Everyone knows this as the jungle adventure tale, but
...more
[Name Redacted]
This was one of my all-time favorite books when I was a boy. The ending was heartbreaking (so unlike every film version) but felt absolutely true to the characters.
bup
Oct 17, 2008 rated it really liked it  ·  review of another edition
Amid a charmingly terrible understanding of his chosen setting (example - Burroughs seems to believe that 'ape' is a species, as distinct from gorilla, chimpanzee, etc), Burroughs constructs an absurd, laughably unbelievable tale.

Then, the last two chapters blew me away. They kicked my ass and called me Nancy. I had no idea Burroughs had it in him - it was like it was ghost-written by Hemingway or something. Seriously - if you can make it through the first twenty-six, the last two make it all wo
...more
Monk
Nov 28, 2009 rated it it was amazing  ·  review of another edition
I probably picked this up initially because I enjoyed the Ron Ely TV series on Saturday mornings as a kid. Had no idea what I was getting into.
"Tarzan" evokes many well-deserved images of cheesiness. The Burroughs series itself after the first couple of books becomes pretty bad pulp fiction, with weird tie-ins to his Center of the Earth series, Tarzan's son going through exactly the same experience as his dad, etc.
But this first book is something very different. Not just one of the best pulp fic
...more
Katherine
”’What are you, Tarzan?’ he asked aloud. ‘An ape or a man?’

First of all, I’m just going to narcissistically give myself a pat on the back for actually reading a classic all by my little self. This RARELY happens, but I’m trying to get into classics more and just read them at my own pace. Usually, this means a very slow, snail-like pace of two chapters a day, but I read this one in a period of two days, so I’m quite proud of myself actually.

Anyways, onto the book. Tarzan was always one of thos
...more
Jim
Definitely a dated classic, but wonderful for all that. I re-read it for The Pulp magazine group I'm in & am glad I did. You really want to read the next book, "The Return of Tarzan" immediately after since we're left with a cliff hanger.

Burroughs hasn't aged as well as some authors, mostly because of his handling of PC subjects such as racism & sexism. It is too easy to see the outward signs of both in his books, but careful reading shows that while he may have catered to the views of t
...more
Seth
Sep 24, 2012 rated it did not like it
This quote from Rudyard Kipling sums it up nicely: Burroughs wrote Tarzan of the Apes so he could "find out how bad a book he could write and get away with it." And wow, was it bad (spoilers to follow). Like Tarzan the gorilla kid learning to read and write fluently with only the aid of a picture book. Like Tarzan the adult shooting around the jungle saving every stupid civilized person right at the exact moment when they are about to die. Like him killing a rival gorilla right when he had stole ...more
Dfordoom
Jul 11, 2012 rated it really liked it
Shelves: adventure
Tarzan remains Edgar Rice Burroughs' most famous creation. Apart from the huge sales of the many Tarzan novels the character appeared in numerous movies and television series. Like Sherlock Holmes Tarzan is an indelible part of our popular culture. People who’ve never read a Tarzan book know who Tarzan is.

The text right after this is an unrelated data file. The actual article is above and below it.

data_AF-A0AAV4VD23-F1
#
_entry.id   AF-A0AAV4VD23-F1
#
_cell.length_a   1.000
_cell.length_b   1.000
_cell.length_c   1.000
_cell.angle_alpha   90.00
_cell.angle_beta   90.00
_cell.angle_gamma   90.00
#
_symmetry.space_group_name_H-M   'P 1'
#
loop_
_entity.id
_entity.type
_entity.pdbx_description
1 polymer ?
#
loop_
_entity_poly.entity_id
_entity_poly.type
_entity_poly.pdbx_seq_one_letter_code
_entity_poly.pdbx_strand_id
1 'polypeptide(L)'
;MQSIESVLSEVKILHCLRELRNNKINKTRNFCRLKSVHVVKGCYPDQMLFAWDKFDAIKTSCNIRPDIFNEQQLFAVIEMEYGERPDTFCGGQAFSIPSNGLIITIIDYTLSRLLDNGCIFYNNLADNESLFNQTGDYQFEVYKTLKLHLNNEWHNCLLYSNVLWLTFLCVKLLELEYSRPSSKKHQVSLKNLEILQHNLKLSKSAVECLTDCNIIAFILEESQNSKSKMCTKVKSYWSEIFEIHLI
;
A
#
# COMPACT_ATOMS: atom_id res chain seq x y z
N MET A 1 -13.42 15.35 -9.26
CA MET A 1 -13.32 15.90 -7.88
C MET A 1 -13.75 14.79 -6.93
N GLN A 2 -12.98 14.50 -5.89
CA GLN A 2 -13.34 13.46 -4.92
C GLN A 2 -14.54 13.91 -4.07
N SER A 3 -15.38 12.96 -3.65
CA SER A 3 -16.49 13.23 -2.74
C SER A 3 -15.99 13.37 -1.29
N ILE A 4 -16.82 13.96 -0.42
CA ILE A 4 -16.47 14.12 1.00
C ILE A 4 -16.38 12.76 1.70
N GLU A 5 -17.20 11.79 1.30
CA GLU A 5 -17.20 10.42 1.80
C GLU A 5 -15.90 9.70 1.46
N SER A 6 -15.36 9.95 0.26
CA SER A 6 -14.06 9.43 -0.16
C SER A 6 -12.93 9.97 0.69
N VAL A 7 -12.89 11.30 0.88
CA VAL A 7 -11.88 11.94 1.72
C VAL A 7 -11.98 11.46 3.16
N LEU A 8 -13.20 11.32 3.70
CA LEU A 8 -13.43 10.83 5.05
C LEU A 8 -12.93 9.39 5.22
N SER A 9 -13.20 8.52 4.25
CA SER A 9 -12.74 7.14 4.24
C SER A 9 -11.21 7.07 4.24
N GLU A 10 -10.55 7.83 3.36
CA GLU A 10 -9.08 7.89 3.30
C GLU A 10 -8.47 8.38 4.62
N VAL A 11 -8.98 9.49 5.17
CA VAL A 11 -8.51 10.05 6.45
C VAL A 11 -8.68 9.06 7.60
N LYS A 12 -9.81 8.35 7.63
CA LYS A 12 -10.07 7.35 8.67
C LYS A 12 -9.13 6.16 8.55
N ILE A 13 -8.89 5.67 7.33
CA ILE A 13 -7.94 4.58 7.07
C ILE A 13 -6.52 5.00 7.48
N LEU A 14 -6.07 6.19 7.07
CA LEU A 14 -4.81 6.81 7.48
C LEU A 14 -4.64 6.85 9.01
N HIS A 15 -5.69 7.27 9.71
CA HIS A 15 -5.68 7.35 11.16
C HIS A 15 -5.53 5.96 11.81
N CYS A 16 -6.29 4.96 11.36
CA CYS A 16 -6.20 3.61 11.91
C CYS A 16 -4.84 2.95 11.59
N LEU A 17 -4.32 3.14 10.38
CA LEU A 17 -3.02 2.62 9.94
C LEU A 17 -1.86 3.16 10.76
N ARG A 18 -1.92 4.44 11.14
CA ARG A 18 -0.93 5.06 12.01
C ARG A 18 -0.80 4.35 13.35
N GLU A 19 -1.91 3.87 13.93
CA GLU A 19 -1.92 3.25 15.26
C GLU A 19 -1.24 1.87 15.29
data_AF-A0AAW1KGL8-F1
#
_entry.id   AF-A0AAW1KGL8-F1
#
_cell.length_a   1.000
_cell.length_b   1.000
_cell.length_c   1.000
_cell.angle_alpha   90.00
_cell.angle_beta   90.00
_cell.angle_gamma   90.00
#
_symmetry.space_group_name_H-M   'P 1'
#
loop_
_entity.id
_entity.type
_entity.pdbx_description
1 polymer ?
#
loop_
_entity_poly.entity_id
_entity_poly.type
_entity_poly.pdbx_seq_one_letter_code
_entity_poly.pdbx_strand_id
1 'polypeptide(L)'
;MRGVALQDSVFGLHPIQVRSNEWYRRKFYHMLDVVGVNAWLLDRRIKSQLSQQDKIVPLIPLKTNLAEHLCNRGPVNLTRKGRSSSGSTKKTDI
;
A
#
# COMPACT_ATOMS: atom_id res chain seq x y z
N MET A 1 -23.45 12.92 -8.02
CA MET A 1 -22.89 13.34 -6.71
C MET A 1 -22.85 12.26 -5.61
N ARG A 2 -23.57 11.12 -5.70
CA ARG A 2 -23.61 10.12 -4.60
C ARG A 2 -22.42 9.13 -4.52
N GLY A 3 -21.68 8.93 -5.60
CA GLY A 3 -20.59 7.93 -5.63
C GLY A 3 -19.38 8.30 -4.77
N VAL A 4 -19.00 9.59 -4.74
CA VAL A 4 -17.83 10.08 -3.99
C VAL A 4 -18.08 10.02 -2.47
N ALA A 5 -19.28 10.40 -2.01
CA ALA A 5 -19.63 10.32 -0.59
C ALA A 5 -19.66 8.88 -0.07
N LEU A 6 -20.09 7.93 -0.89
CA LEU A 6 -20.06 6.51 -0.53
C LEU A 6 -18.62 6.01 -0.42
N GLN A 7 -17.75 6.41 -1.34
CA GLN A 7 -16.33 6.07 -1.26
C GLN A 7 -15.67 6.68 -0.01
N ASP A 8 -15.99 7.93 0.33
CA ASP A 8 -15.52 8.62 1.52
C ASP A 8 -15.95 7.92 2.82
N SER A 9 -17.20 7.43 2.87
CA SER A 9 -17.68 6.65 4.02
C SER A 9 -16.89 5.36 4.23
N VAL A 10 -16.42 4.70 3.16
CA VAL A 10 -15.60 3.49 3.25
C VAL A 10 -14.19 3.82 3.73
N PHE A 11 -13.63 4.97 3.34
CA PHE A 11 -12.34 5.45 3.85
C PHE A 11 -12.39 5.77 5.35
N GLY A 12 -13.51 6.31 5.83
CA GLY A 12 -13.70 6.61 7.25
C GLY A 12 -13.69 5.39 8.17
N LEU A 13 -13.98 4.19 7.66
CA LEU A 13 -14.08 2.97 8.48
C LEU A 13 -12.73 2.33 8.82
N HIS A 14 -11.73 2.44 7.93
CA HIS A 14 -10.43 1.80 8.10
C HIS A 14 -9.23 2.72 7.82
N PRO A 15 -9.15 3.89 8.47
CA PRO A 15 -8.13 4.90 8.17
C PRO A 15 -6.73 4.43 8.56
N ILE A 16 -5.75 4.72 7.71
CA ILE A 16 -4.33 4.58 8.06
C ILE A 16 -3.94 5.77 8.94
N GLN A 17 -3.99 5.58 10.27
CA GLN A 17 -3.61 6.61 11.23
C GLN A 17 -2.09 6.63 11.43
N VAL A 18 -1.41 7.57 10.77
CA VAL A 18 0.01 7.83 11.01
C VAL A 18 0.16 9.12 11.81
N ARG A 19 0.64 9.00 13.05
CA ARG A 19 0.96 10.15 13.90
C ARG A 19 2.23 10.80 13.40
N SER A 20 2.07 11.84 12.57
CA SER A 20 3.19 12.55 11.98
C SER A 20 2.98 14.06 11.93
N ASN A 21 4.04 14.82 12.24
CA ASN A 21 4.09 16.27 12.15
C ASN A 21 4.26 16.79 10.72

Tarzan of the Apes, first published in book form in 1914, was the first of the series and is therefore crucial in not only introducing the character but in giving us the story of his birth and
...more
Darwin8u
Sep 20, 2014 rated it really liked it  ·  review of another edition
Shelves: 2014
“The time has arrived when patience becomes a crime and mayhem appears garbed in a manner of virtue”
― Edgar Rice Burroughs, Tarzan of the Apes

tarzan

Tarzan is one of those characters who came out of the post-Victorian, pre-WWI age that seem almost to exhibit a place larger than the actual book(s) he was born in. Like Sherlock Holmes, Tarzan is both a type and a rejection of type. It is amazing to see the arc this character has taken over the last century. From the actual books written by Burroughs to
...more
Matt
Jan 05, 2013 rated it really liked it
Rumble in the Jungle

This first book (out of 25!) in the Tarzan series features

● a hero of superhuman strength and agility (who is also incredibly resourceful and intelligent)

● anthropomorphization galore (apes even have their own language and rituals)

● racist stereotypes (savage blacks; noble whites; savage whites (but no noble blacks))

● gender stereotypes (weak women (including the classic damsel in distress); strong and brave men; weak men (but no strong woman))

● lots of killing (people killin
...more
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1,957 followers
Edgar Rice Burroughs was an American author, best known for his creation of the jungle hero Tarzan and the heroic John Carter, although he produced works in many genres.

Other books in the series

Tarzan (1 - 10 of 27 books)
  • The Return of Tarzan (Tarzan, #2)
  • The Beasts of Tarzan (Tarzan, #3)
  • The Son of Tarzan (Tarzan, #4)
  • Tarzan and the Jewels of Opar (Tarzan, #5)
  • Jungle Tales of Tarzan (Tarzan, #6)
  • Tarzan the Untamed (Tarzan, #7)
  • Tarzan the Terrible (Tarzan, #8)
  • Tarzan and the Golden Lion (Tarzan, #9)
  • Tarzan and the Ant Men (Tarzan, #10)
  • Tarzan, Lord of the Jungle (Tarzan, #11)
“I do not understand exactly what you mean by fear," said Tarzan. "Like lions, fear is a different thing in different men, but to me the only pleasure in the hunt is the knowledge that the hunted thing has power to harm me as much as I have to harm him. If I went out with a couple of rifles and a gun bearer, and twenty or thirty beaters, to hunt a lion, I should not feel that the lion had much chance, and so the pleasure of the hunt would be lessened in proportion to the increased safety which I felt."

"Then I am to take it that Monsieur Tarzan would prefer to go naked into the jungle, armed only with a jackknife, to kill the king of beasts," laughed the other good naturedly, but with the merest touch of sarcasm in his tone.

"And a piece of rope," added Tarzan.”
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“The time has arrived when patience becomes a crime and mayhem appears garbed in a manner of virtue” 43 likes